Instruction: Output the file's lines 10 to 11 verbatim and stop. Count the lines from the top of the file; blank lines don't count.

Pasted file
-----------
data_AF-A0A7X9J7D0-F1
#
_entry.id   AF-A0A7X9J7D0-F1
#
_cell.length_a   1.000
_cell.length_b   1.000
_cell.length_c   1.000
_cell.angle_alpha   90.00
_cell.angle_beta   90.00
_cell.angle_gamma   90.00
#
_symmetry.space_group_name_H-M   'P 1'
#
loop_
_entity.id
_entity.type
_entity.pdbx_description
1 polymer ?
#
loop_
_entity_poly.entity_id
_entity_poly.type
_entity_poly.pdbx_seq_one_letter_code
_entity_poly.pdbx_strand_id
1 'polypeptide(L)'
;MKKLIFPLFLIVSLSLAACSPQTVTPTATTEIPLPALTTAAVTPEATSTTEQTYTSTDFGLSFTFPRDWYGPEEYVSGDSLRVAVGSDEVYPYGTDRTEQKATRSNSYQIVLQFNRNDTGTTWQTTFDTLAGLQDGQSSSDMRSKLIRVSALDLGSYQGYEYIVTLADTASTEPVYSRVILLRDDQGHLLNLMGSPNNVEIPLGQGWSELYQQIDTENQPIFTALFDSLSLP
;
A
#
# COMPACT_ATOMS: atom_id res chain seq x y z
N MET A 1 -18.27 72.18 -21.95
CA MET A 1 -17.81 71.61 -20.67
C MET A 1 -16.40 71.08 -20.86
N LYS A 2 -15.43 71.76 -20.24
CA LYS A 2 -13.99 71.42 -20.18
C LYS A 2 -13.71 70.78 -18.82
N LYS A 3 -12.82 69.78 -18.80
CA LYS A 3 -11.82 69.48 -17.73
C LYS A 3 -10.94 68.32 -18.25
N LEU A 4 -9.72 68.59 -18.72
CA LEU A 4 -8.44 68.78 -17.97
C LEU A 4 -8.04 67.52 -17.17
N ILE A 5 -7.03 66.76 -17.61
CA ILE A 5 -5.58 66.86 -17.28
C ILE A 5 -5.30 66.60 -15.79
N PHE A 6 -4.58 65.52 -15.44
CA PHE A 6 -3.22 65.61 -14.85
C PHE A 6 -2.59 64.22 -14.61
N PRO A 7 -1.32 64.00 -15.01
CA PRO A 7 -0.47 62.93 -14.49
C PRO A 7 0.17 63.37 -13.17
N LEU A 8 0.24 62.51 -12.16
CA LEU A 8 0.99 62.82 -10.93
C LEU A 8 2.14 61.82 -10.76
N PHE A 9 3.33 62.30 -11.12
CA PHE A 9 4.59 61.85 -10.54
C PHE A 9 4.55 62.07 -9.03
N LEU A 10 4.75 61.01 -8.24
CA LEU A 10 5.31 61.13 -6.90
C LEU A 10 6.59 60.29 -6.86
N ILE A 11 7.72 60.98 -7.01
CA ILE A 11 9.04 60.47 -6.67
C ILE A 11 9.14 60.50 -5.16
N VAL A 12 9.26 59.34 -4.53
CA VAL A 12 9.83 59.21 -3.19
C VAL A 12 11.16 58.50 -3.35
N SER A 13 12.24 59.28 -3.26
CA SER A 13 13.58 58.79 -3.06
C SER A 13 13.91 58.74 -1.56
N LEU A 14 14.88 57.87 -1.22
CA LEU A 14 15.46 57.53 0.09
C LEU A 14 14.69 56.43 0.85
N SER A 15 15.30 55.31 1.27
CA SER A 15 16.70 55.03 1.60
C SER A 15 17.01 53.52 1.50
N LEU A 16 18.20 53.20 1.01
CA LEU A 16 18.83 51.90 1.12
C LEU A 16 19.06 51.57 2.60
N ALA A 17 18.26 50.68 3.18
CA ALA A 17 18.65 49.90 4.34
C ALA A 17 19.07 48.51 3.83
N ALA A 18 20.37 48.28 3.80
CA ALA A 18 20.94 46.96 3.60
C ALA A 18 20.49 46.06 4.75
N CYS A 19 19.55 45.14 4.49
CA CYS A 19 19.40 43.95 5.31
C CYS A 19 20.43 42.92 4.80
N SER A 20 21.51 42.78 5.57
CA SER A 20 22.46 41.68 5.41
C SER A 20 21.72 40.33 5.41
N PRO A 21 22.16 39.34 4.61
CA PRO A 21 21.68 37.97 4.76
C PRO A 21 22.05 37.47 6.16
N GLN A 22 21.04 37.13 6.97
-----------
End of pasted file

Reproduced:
_cell.angle_gamma   90.00
#